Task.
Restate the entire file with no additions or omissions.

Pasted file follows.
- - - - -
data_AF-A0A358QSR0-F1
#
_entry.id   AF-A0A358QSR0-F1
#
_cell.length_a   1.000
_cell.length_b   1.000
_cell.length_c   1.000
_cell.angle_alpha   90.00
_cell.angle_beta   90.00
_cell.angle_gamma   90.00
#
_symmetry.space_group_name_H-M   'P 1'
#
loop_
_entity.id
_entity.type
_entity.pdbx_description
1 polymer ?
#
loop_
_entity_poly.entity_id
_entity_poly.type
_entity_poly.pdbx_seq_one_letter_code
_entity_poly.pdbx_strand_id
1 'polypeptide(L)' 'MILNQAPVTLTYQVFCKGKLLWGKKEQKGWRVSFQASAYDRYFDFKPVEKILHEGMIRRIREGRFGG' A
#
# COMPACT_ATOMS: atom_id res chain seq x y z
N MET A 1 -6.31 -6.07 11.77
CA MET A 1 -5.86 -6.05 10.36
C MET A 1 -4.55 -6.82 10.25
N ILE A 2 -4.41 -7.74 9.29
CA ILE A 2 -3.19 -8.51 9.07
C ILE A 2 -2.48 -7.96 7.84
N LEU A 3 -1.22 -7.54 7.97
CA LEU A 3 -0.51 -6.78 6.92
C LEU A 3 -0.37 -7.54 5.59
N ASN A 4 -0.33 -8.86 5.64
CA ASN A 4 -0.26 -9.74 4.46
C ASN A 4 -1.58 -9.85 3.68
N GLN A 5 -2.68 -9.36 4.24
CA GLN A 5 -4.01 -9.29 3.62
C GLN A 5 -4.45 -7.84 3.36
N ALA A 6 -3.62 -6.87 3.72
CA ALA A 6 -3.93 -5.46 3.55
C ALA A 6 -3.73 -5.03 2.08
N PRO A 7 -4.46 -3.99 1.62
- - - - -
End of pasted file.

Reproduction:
data_AF-A0A358QSR0-F1
#
_entry.id   AF-A0A358QSR0-F1
#
_cell.length_a   1.000
_cell.length_b   1.000
_cell.length_c   1.000
_cell.angle_alpha   90.00
_cell.angle_beta   90.00
_cell.angle_gamma   90.00
#
_symmetry.space_group_name_H-M   'P 1'
#
loop_
_entity.id
_entity.type
_entity.pdbx_description
1 polymer ?
#
loop_
_entity_poly.entity_id
_entity_poly.type
_entity_poly.pdbx_seq_one_letter_code
_entity_poly.pdbx_strand_id
1 'polypeptide(L)' 'MILNQAPVTLTYQVFCKGKLLWGKKEQKGWRVSFQASAYDRYFDFKPVEKILHEGMIRRIREGRFGG' A
#
# COMPACT_ATOMS: atom_id res chain seq x y z
N MET A 1 -6.31 -6.07 11.77
CA MET A 1 -5.86 -6.05 10.36
C MET A 1 -4.55 -6.82 10.25
N ILE A 2 -4.41 -7.74 9.29
CA ILE A 2 -3.19 -8.51 9.07
C ILE A 2 -2.48 -7.96 7.84
N LEU A 3 -1.22 -7.54 7.97
CA LEU A 3 -0.51 -6.78 6.92
C LEU A 3 -0.37 -7.54 5.59
N ASN A 4 -0.33 -8.86 5.64
CA ASN A 4 -0.26 -9.74 4.46
C ASN A 4 -1.58 -9.85 3.68
N GLN A 5 -2.68 -9.36 4.24
CA GLN A 5 -4.01 -9.29 3.62
C GLN A 5 -4.45 -7.84 3.36
N ALA A 6 -3.62 -6.87 3.72
CA ALA A 6 -3.93 -5.46 3.55
C ALA A 6 -3.73 -5.03 2.08
N PRO A 7 -4.46 -3.99 1.62